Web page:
I would imagine that two things would have happened by now with the suspension of the Ruga, acronym for Rural Grazing Area, plan by President Buhari. One, the temperature generated over the controversy would dip, although the incendiary rhetoric may not necessarily be toned down. Two, it would afford the federal government an opportunity to re-examine the problem it is trying to solve and find, perhaps, a less controversial approach to it. Approach is the word.
The Ruga scheme is the third in the series of suggestions the federal government had broached since the killings by herdsmen became a national crisis. First was cattle colonies and then cattle ranches. When these two gave way to Ruga in the heat of opposition to them, the government must have thought it had hit the winning formula. As it turned out, not so fast. The fault may not be in the conception but in the failure of the government to take steps that should have been taken to give effect to it in a manner less likely to send it down the crevices of our national fault lines.
We sit on fault lines, cousins to the tinder box. Our national discourse is conducted on the basis of a) yes by one section and a loud no by the other section and b) the expression of extreme views with little room for other less extreme views because local champions spring from the rich ponds of hate, suspicion and misunderstanding. A sensitive leader must learn to walk the middle path by ensuring that he is not a captive to either side. Not the easiest thing to do in a country where the craving for applause quite often trumps hard-headed thinking and the grave demands of leadership. I did not intend this to sound preachy but, well….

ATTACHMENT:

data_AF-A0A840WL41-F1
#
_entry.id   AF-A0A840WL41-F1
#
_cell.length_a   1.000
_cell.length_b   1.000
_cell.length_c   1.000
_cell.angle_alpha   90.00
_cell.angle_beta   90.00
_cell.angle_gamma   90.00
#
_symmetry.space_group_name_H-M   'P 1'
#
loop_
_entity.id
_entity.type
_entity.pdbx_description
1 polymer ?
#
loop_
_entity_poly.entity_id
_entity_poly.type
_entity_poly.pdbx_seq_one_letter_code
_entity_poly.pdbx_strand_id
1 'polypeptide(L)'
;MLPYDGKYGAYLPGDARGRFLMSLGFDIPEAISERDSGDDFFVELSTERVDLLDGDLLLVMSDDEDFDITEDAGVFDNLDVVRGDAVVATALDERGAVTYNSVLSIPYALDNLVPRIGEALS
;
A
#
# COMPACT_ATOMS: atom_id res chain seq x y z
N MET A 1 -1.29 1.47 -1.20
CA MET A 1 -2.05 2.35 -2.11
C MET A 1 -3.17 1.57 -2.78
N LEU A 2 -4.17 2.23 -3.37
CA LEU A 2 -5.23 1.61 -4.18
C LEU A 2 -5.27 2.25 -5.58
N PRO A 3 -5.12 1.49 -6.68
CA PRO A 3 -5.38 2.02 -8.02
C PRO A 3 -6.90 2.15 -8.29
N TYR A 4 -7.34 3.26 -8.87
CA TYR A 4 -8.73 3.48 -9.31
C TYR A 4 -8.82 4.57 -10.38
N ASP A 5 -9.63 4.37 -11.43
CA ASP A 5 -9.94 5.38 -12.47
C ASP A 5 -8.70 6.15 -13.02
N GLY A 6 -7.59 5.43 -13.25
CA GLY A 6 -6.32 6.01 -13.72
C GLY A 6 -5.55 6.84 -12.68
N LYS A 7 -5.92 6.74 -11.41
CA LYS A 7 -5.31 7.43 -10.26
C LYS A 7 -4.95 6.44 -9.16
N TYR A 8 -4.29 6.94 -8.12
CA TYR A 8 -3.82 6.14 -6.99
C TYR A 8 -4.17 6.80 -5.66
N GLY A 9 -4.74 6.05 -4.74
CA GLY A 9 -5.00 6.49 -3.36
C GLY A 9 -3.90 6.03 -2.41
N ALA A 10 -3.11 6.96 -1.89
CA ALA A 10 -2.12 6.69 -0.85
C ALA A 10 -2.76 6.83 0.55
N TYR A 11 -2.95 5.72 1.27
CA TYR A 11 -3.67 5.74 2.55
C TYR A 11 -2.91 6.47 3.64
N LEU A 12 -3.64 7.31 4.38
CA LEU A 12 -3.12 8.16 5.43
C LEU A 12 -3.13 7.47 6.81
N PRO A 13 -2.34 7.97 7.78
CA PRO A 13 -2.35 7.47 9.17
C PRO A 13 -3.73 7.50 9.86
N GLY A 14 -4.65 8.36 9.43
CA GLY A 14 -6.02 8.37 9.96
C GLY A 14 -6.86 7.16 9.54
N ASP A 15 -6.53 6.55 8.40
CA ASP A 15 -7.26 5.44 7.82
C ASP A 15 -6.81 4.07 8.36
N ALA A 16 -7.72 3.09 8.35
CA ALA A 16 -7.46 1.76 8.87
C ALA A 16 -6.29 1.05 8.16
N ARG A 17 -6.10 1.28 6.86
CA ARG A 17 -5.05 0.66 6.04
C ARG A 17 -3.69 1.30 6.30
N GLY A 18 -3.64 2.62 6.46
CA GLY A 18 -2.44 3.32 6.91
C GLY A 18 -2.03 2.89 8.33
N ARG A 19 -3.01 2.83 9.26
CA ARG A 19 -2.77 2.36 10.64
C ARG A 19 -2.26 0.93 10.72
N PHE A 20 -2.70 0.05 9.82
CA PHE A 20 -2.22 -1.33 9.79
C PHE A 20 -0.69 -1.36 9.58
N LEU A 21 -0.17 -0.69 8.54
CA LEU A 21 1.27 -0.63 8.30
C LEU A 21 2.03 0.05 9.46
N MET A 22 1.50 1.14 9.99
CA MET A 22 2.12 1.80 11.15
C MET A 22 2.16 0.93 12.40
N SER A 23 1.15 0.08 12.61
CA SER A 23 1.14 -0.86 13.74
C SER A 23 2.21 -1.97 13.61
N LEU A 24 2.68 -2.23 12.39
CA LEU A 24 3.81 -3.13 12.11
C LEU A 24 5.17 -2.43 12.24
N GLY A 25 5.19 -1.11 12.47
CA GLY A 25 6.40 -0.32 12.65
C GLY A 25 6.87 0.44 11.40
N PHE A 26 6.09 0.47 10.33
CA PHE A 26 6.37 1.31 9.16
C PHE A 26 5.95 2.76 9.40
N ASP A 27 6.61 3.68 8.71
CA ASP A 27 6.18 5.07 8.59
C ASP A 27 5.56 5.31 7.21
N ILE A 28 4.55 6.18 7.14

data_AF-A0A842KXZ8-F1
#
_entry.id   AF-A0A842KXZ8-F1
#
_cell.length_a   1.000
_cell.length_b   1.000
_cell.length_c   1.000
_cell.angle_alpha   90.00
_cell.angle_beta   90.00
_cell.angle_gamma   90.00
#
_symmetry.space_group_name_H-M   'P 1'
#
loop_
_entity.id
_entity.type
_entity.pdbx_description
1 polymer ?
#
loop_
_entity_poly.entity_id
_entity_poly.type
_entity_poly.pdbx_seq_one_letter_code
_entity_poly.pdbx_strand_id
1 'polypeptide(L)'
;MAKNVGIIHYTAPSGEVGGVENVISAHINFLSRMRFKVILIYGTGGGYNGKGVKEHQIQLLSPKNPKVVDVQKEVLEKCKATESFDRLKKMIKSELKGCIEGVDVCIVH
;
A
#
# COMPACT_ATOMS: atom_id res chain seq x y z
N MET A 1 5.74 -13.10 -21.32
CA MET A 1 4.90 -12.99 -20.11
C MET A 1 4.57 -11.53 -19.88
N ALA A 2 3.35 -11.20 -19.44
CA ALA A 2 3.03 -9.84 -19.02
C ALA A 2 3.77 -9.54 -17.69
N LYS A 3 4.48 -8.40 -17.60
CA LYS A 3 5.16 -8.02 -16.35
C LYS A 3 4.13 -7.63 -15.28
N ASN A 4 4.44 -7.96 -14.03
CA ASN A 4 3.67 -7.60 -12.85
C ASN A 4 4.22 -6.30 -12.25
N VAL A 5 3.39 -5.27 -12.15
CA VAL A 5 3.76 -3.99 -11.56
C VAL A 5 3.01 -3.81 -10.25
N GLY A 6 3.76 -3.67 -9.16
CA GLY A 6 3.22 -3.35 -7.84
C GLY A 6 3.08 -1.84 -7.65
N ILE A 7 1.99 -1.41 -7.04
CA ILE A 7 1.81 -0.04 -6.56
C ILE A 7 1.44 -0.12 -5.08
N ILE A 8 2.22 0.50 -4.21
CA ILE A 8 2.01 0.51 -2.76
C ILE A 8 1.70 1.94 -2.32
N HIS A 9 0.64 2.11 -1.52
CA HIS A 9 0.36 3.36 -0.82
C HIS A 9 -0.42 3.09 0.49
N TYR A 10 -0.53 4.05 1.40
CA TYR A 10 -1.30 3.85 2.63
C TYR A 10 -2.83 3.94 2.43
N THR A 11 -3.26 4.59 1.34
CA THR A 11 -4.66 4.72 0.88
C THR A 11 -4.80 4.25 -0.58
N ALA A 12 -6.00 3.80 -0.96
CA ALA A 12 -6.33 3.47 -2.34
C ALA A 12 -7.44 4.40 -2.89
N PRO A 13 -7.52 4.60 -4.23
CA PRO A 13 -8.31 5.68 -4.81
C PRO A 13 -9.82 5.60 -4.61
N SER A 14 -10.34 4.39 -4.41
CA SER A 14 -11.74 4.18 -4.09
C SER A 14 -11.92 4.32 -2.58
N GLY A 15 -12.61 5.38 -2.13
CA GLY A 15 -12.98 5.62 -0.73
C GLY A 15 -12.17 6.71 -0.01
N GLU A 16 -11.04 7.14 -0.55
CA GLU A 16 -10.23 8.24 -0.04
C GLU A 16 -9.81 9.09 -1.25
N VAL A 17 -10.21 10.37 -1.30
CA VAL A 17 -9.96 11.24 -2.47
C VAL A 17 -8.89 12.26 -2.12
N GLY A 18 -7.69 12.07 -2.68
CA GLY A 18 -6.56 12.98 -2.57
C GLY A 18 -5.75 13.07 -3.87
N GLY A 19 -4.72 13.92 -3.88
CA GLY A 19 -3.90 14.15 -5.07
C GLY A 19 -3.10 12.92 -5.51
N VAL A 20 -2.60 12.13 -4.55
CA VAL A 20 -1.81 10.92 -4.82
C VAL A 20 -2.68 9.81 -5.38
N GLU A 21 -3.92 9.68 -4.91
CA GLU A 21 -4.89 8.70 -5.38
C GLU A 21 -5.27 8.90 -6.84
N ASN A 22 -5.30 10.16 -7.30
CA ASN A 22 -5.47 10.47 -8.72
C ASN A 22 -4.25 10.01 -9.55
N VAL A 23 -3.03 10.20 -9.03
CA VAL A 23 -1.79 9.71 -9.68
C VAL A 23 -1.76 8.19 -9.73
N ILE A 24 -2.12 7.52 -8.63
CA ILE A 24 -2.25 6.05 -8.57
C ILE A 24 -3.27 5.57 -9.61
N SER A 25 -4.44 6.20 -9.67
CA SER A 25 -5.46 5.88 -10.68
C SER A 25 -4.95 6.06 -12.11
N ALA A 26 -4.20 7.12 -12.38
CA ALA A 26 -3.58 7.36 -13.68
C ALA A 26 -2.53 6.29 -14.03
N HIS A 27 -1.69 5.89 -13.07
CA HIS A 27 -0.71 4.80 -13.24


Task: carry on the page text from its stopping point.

From the little I have read about the Ruga settlement plan, not many of us really know what it is all about. Is it a sound national policy designed to primarily make us safe in our country or a cynical response to a problem crying for an urgent solution? We do not quite know because the federal government did not find it necessary to let us know, ask questions to allay our fears and suspicions and satisfy ourselves that it has some merits that should make us embrace it.
In the circumstances, suspicion and speculations have been allowed to becloud reason.. Those who have rejected it out of hand suspect it is part of an alleged plot to give the Fulani preferential treatment at the expense of other groups, ethnic and religious, in the Buhari administration. I would think that a matter this complex and this complicated in a country sitting on fault lines widened each day by suspicions with or without basis, requires massive education and sensitization by the federal government, the sole promoter of this idea, before implementation. Those who accuse the federal government of arrogant stance, as in take-it-or-leave it, have a point.